mark d.
Posted by markdoiron (1138 comments )
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I couldn't have said it better.
Posted by rcrusoe (1305 comments )
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What's best may depend on your community
If your community is a small town that the phone company has scheduled broadband implementation 20 years down the road (if they've scheduled it at all) then a municipal effort makes sense. If you're in a big city where you already have three or more companies struggling with each other over customers then I'd say a municipal system is probably a bad idea.

Letting the Federal Government impose another "one size fits all" solution is the worst possible thing that could happen.
Posted by aabcdefghij987654321 (1721 comments )
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"...which are investing billions of dollars to build networks..."

It's a lie.

<a class="jive-link-external" href="http://www.newnetworks.com/broadbandscandals.htm" target="_newWindow">http://www.newnetworks.com/broadbandscandals.htm</a>

<a class="jive-link-external" href="http://200billionscandal.typepad.com/200_billion_broadband_sca/2006/02/network_neutral.html#more" target="_newWindow">http://200billionscandal.typepad.com/200_billion_broadband_sca/2006/02/network_neutral.html#more</a>

<a class="jive-link-external" href="http://blogs.zdnet.com/open-source/?p=562" target="_newWindow">http://blogs.zdnet.com/open-source/?p=562</a>

<a class="jive-link-external" href="http://blogs.zdnet.com/open-source/?p=559" target="_newWindow">http://blogs.zdnet.com/open-source/?p=559</a>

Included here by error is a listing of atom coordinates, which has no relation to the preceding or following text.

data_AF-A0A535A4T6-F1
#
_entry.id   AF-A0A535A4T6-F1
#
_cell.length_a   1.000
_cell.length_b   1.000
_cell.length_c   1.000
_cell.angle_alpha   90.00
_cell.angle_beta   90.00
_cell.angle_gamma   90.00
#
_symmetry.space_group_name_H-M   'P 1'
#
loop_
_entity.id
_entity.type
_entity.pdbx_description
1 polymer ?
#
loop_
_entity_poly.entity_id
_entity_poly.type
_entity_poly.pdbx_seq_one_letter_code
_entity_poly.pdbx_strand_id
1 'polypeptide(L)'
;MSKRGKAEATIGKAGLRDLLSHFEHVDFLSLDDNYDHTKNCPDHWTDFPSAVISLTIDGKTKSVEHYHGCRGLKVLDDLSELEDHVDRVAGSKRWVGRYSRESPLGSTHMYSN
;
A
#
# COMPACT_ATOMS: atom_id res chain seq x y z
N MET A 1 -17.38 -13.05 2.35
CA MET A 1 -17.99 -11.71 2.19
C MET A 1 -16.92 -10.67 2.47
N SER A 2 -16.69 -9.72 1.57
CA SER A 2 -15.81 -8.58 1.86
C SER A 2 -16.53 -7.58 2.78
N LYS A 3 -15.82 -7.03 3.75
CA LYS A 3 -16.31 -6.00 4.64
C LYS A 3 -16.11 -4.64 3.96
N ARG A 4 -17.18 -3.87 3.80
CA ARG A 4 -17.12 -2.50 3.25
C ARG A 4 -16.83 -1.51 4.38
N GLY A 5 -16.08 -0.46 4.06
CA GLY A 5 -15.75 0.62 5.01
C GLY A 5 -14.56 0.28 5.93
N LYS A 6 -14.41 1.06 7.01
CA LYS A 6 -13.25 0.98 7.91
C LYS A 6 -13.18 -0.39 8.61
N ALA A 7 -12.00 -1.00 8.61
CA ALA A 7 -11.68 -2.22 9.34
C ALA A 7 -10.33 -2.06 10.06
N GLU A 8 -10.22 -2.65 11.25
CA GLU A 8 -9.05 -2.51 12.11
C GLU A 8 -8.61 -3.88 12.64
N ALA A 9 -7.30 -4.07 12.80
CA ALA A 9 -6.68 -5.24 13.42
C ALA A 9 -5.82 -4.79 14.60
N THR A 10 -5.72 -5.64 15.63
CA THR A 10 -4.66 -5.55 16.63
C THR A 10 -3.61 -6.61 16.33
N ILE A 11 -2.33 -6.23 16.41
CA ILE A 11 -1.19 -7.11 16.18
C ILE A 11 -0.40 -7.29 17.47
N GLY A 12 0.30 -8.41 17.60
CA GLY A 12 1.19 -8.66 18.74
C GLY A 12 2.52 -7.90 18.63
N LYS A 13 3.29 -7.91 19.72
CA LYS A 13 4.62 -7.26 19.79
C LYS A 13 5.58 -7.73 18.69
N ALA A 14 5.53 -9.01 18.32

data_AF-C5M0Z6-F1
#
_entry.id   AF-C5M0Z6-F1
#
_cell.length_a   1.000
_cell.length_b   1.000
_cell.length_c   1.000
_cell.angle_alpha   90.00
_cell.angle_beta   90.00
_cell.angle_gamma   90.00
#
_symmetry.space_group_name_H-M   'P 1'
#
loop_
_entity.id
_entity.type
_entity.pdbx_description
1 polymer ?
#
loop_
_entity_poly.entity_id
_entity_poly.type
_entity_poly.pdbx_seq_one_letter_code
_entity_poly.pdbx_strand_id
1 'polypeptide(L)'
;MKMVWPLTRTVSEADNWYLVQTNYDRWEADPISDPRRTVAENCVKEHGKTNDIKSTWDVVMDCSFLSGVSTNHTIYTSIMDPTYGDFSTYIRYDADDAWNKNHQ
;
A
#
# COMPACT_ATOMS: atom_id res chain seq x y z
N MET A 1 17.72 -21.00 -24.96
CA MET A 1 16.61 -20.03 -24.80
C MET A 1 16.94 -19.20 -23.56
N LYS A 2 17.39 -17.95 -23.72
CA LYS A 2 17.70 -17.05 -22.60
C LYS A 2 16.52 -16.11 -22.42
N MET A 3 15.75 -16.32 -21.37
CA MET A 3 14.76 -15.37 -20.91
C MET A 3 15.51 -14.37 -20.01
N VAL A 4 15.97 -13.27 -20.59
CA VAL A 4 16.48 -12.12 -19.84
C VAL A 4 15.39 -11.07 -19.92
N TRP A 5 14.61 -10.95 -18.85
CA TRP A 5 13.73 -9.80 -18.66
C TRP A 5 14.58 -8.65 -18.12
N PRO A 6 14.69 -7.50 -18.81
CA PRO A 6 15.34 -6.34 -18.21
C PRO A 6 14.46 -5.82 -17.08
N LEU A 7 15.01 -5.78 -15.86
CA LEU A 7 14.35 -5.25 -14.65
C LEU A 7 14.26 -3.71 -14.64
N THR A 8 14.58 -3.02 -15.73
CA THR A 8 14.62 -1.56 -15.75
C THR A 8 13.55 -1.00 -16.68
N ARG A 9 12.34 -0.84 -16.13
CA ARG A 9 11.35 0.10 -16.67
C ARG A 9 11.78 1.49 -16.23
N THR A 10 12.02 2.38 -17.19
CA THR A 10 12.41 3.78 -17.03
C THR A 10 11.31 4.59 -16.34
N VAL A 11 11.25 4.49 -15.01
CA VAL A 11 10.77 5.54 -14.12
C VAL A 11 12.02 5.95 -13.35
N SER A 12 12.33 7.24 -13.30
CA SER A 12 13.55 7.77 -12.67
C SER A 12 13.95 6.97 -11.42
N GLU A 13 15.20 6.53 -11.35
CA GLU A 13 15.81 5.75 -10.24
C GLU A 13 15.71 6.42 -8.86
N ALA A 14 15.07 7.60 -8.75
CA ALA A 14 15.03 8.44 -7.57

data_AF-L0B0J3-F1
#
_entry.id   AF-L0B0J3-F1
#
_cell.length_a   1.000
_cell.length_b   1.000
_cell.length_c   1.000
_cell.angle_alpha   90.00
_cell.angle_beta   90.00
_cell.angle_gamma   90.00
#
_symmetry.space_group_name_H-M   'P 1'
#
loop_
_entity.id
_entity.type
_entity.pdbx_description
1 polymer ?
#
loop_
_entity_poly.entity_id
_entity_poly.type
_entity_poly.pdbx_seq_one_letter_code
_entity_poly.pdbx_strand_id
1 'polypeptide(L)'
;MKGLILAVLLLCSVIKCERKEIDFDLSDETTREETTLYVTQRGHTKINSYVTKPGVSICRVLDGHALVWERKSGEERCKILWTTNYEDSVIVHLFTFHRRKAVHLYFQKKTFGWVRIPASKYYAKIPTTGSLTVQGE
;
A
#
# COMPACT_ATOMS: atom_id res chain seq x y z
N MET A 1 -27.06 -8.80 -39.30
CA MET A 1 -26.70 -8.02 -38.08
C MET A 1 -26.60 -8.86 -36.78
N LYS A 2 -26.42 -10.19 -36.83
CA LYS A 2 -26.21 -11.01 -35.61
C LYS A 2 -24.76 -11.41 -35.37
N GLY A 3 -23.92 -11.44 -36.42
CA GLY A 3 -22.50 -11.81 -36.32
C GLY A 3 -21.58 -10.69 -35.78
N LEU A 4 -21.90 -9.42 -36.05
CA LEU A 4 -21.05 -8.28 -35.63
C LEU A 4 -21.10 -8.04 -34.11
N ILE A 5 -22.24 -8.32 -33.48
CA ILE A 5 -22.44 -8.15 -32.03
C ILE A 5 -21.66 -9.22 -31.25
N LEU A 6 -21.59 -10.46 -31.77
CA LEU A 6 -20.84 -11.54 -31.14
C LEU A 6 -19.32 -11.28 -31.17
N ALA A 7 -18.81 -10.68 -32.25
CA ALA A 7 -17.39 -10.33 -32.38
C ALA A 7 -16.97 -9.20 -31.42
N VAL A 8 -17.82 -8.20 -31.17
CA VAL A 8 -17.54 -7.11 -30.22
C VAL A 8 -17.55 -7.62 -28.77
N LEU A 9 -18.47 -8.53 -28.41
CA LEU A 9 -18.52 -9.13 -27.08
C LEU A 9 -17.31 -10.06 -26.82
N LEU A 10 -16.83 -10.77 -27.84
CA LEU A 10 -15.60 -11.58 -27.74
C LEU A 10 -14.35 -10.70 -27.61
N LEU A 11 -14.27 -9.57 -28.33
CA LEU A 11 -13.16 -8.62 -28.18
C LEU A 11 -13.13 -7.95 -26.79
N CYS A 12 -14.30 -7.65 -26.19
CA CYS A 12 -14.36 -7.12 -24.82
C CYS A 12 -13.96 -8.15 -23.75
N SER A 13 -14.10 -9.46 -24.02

Posted by ordaj (338 comments )
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Yeah, right. The earth is flat too.
Yeah, right. The earth is flat too.
Posted by lingsun (482 comments )
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States' Rights....
Where in the constitution does it SPECIFICALLY give this right to the FEDS over the States?
Posted by bamabrad (5 comments )
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Better to outlaw muni wi-fi
I hope they outlaw municipal wi-fi. The whole thing is a government scam where the taxpayer ends up paying 2, 3, or 10 times the actual market price for the service. I'm sure it will create another legion of overpaid government workers that will soak the taxpayer. And this is a freebie for the higher income people. I don't think the poor will be accessing the internet on their wi-fi compatible laptops. I'm sure very few poor people have laptops or even old desktops.
Posted by lingsun (482 comments )